The crowd was all voice now, roaring its approval of Santee's driving pace, of Dwyer's persistence, of Nielsen's potential. On the backstretch of the last lap, 80 yards from the finish line, Nielsen moved out from the inside curb of the track to pass. With a tremendous, lifting burst of speed, he passed Dwyer and then Santee, just as they bent into the last turn. Santee was laboring and he bore out on the turn, possibly to hold off Nielsen, a common tactic in indoor running.
But Nielsen, his long hair flapping, his arms pumping across his chest, was suddenly three, four, five yards in front, his famed sprint wide open. Santee was through. It was obviously Nielsen's race, a great victory for him and a stirring thing for the crowd to see.
THE TROUBLE BEGINS
But before anyone could savor it, before anyone could really appreciate the scope of Nielsen's accomplishment, the strange events pictured on these pages began to occur. Dwyer, hanging like a leech to the fading Santee, tried to sneak past on the inside as they followed Nielsen around the last turn, a maneuver that is legal only if the man passing can get through without interfering with the man being passed.
It didn't work; there simply wasn't room. Santee came back to the inside of the track and Dwyer was dead, squeezed between Santee and the curb.
When they banged together (Picture 1, p. 8), Chuck Hornbostel, the old Indiana half-miler who was serving as inspector on the turn, properly noted interference by Dwyer and called it to the attention of the chief inspector. Meanwhile, Dwyer, still running, was jostled off the track onto the infield (Picture 2, p. 9). He followed the curve of the track, staying abreast of Santee, and came back on the boards as they hit the straightaway, squeezing ahead of the weary Kansan.
Santee, seemingly unable to bear the sight of Dwyer in front of him, reached out a protesting arm and grabbed Dwyer's shoulder. Dwyer, in turn, infuriated by this violation of track ethics, turned angrily to thrust Santee's arm off and grabbed him around the body. The crowd watched in amazement. Nielsen's great race was forgotten.
The two spun around on the track in each other's arms, almost fell, broke apart and then staggered across the finish line. At once they turned to each other in post-race exhaustion and with monumental incongruity shook hands.
The crowd, shocked by the travesty, was in an uproar. Its rumbling anger was obviously directed more at Santee than at Dwyer. What Dwyer had done—cutting through on the inside—is fairly common. It was wrong, the judges spotted it, and Dwyer was penalized for it, but it was understandable. But for Santee to reach out and hold an opponent was a glaring breach of conduct, particularly so for a great runner.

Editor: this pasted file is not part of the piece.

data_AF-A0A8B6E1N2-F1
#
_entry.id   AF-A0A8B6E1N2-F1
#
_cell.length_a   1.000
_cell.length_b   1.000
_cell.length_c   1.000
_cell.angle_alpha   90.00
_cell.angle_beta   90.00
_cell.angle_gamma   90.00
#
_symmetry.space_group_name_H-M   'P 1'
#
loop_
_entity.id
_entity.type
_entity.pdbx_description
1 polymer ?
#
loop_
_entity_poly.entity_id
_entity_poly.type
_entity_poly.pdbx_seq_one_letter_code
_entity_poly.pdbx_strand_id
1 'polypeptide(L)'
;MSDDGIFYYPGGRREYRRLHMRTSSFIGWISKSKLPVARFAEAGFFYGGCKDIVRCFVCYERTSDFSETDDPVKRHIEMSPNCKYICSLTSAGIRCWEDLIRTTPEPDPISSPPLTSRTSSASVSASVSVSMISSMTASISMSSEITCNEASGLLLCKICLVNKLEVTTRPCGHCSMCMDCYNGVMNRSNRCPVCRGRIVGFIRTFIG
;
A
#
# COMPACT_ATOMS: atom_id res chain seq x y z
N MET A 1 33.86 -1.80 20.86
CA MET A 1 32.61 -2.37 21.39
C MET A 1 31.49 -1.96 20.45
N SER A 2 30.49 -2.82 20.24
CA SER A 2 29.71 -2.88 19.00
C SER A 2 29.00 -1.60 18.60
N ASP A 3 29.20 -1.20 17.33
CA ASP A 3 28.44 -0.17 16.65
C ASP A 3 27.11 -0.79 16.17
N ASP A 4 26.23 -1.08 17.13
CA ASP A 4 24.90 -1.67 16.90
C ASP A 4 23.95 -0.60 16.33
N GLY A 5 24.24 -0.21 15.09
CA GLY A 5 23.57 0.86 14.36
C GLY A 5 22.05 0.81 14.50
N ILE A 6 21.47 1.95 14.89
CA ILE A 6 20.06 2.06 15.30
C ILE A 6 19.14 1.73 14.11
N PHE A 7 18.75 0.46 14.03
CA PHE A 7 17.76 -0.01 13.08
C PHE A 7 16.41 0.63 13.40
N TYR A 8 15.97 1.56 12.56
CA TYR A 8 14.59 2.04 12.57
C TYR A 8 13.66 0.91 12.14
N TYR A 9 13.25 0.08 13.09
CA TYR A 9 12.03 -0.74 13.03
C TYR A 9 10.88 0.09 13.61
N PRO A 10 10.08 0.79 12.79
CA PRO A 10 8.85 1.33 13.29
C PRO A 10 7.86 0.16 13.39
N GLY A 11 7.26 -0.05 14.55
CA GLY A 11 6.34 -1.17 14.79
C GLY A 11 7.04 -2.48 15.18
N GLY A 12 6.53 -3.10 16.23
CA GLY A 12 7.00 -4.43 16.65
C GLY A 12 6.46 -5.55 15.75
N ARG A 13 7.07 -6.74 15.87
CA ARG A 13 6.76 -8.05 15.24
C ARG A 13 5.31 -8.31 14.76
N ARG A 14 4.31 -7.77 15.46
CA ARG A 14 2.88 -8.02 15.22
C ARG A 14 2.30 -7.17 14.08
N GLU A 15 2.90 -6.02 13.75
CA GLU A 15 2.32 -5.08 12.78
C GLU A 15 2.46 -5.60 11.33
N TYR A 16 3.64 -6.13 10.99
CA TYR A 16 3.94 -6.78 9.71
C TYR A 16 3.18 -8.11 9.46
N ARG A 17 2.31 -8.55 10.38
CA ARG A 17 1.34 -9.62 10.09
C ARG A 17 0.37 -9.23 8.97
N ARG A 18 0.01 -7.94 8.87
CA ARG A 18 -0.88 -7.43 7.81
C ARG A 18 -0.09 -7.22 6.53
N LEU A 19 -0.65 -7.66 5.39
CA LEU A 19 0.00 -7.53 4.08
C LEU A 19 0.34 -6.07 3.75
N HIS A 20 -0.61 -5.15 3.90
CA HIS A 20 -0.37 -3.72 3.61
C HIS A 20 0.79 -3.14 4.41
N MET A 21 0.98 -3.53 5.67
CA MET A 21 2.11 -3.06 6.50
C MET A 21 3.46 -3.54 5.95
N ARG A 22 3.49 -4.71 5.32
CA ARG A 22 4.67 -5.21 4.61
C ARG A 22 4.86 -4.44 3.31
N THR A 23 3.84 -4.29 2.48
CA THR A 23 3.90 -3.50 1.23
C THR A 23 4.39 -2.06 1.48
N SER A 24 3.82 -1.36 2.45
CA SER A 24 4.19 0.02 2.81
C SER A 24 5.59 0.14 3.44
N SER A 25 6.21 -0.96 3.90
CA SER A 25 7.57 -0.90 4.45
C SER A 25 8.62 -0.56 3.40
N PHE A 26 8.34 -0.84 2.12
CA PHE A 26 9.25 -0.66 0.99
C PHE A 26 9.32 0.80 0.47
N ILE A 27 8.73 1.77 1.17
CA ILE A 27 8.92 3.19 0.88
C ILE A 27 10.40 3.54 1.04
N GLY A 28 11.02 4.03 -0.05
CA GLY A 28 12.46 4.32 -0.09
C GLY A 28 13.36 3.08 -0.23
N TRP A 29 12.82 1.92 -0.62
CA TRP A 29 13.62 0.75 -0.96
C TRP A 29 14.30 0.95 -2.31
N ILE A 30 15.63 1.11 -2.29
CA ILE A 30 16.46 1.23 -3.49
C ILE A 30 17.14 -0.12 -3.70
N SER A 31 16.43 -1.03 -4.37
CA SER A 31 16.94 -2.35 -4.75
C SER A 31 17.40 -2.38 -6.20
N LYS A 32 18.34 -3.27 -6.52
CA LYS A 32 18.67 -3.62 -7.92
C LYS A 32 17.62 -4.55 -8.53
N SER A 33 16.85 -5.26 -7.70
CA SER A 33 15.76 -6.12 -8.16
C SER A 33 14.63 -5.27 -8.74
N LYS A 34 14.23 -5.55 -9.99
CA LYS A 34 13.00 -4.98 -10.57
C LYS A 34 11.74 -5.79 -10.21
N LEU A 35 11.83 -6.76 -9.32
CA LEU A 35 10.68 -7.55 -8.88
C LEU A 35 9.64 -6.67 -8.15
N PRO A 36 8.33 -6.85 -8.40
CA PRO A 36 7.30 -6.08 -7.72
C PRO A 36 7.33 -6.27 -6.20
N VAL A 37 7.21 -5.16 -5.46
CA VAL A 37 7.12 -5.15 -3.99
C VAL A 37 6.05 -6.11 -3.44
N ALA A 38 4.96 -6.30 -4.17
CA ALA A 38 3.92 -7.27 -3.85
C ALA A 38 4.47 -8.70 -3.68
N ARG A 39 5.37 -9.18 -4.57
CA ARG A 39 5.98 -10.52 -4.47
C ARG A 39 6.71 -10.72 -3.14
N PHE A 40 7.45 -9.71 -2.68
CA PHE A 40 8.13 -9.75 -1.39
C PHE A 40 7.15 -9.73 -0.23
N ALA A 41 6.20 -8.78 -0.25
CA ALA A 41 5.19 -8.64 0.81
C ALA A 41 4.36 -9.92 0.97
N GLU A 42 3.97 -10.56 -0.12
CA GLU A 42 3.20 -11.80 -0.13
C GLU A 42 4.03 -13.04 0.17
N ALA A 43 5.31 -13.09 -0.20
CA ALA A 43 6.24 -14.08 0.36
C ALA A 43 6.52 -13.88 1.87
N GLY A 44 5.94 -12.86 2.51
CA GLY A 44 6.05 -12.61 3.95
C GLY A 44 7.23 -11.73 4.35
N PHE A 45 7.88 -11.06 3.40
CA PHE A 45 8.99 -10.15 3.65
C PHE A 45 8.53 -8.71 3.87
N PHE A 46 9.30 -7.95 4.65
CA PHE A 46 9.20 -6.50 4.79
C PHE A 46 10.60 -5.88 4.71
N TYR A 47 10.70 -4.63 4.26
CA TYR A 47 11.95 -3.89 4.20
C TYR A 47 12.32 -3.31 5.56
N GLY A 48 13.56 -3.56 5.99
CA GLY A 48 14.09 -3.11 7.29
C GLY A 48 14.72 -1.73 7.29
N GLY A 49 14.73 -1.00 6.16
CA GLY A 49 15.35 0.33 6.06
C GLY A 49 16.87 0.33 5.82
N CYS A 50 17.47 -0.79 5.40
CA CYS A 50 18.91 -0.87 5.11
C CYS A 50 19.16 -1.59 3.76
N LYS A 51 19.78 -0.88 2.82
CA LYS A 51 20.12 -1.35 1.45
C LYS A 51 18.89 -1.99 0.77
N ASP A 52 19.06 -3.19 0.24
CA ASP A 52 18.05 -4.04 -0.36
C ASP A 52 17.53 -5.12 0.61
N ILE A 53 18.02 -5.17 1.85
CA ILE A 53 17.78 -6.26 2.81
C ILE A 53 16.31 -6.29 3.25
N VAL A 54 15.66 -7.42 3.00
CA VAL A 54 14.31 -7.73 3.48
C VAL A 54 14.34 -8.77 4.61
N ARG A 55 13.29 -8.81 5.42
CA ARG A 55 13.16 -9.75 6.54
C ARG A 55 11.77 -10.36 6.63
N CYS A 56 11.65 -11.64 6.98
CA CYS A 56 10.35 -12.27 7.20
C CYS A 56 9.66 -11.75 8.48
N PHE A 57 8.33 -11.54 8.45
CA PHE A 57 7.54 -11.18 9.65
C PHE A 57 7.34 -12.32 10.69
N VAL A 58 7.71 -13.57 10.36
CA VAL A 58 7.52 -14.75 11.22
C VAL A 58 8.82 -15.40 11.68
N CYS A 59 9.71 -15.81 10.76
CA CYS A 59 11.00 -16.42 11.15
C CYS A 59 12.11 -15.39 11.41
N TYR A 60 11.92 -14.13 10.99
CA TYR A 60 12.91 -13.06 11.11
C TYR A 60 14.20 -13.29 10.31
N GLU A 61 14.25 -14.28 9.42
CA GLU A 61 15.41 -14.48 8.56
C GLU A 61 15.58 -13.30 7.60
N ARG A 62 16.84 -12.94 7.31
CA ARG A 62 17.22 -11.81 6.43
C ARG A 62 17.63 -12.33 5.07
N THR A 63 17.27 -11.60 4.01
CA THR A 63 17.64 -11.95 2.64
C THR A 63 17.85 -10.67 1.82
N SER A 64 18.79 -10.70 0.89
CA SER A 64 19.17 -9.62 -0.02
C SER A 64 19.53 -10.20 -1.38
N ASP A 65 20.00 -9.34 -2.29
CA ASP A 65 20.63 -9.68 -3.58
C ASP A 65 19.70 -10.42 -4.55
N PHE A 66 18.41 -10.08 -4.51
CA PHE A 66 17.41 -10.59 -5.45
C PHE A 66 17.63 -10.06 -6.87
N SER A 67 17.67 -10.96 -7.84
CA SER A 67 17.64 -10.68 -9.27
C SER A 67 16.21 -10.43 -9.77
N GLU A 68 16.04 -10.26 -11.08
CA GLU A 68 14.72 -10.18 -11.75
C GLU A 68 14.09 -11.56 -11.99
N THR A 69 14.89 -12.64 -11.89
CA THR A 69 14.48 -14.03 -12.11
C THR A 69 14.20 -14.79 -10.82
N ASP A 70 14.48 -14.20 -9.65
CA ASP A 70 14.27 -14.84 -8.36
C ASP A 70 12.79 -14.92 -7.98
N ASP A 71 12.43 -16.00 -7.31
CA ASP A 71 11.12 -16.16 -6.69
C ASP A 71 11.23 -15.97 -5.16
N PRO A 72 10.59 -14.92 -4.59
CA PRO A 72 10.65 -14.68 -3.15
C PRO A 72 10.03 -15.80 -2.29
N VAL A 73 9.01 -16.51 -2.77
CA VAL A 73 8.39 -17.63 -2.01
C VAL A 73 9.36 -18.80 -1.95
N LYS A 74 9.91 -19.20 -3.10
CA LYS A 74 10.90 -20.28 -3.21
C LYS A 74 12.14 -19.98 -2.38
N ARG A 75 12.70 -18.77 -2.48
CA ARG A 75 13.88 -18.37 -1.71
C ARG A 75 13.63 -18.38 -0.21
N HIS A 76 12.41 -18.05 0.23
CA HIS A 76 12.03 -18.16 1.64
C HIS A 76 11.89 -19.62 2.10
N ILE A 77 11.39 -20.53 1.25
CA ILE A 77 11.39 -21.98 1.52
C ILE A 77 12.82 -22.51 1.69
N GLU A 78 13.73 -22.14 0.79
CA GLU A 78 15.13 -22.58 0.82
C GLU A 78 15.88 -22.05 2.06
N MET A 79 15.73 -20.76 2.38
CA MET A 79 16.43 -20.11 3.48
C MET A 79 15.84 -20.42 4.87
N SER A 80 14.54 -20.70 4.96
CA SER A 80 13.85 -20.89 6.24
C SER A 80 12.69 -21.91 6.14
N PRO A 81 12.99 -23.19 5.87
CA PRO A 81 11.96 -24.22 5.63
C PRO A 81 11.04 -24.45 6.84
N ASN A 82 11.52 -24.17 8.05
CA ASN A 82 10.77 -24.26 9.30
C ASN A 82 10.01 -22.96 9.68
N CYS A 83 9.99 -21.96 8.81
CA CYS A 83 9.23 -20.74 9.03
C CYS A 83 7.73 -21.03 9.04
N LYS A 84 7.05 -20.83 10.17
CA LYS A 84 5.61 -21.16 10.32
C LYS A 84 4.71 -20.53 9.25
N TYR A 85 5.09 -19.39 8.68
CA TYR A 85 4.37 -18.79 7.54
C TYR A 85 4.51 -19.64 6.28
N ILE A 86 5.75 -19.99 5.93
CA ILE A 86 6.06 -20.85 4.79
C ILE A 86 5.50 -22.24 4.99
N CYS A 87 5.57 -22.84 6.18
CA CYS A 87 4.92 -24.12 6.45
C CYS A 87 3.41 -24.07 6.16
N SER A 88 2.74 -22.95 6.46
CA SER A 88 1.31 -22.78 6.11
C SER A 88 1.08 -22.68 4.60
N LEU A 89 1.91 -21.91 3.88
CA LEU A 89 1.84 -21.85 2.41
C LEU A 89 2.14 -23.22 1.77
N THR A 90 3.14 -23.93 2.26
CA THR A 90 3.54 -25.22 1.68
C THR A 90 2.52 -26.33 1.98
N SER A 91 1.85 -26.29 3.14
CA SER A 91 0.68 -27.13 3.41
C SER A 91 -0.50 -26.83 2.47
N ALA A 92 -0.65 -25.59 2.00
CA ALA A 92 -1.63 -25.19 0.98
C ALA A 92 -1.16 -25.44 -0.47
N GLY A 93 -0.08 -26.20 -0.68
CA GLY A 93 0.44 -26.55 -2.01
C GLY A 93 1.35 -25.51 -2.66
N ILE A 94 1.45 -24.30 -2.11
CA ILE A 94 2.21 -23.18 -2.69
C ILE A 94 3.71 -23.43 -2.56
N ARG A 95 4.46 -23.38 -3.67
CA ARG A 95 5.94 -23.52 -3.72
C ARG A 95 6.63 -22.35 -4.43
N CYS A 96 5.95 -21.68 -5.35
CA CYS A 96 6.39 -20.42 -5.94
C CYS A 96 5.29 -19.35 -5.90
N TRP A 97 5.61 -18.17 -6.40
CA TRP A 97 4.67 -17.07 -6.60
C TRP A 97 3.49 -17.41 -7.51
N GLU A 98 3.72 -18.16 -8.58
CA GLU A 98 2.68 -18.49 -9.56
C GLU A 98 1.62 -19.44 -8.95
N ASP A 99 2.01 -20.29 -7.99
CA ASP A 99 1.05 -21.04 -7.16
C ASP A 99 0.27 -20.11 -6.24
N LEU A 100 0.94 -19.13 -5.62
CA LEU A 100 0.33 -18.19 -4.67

"That's not the way a champion acts," growled a spectator.
Indeed, when Dwyer's disqualification was announced, the crowd booed the disqualification. And when it was announced that Santee, who had finished third behind Dwyer, was being placed second, the boos grew louder. When Nielsen's world-record time of 4:03.6 was announced, the crowd seemed barely to notice it. Everyone was too busy talking about the fight.
After the race Santee sought out Nielsen and congratulated him, and photographers took their picture together. Santee seemed out of place in the picture. Then Santee went over to Dwyer and the two shook hands again.
"I'm sorry you were disqualified," Santee said.
"I'm sorry about the whole thing," Fred said. "Let's forget about it." He remembered the Baxter Mile scheduled for the Garden on Feb. 12. "There's always next week."
"What's going to happen next week, Fred?" someone asked Dwyer.
Dwyer, grinning, said, "I still think I can beat 'em both. Next week? Well, there'll be a fight." He stopped grinning. "I don't mean that literally," he added hastily.
Santee sought out Dan Ferris and returned his second-place medal.
"I gave it back because I don't think I finished second. Someone went past me." He paused. "I think we both should have been disqualified."
He went back to his hotel, dressed, phoned his wife, changed his airline reservation from Sunday noon to Saturday night, ate and flew back to Kansas on the 1:30 a.m flight.
Meanwhile, at the Wivel, a Scandinavian restaurant in New York Gunnar Nielsen drank Danish beer and ate headcheese and herring from the smorgasbord. He said he was a little tired, that he had not been aware of the brawl behind him, that "perhaps" he could continue to defeat Santee and Dwyer in the mile races yet to come this indoor season.
He made an odd picture, this quiet, amiable winner of the world's most important indoor race. For despite his brilliant victory, his world-record time, it was not his race. To track fans, the 1955 Wanamaker Mile would always be the graceless Santee-Dwyer affair at the finish line.
Oh, by the way, the next week at Madison Square Garden Fred Dwyer did indeed defeat Wes Santee in the Baxter Mile (see photo below), exacting some mild form of justice.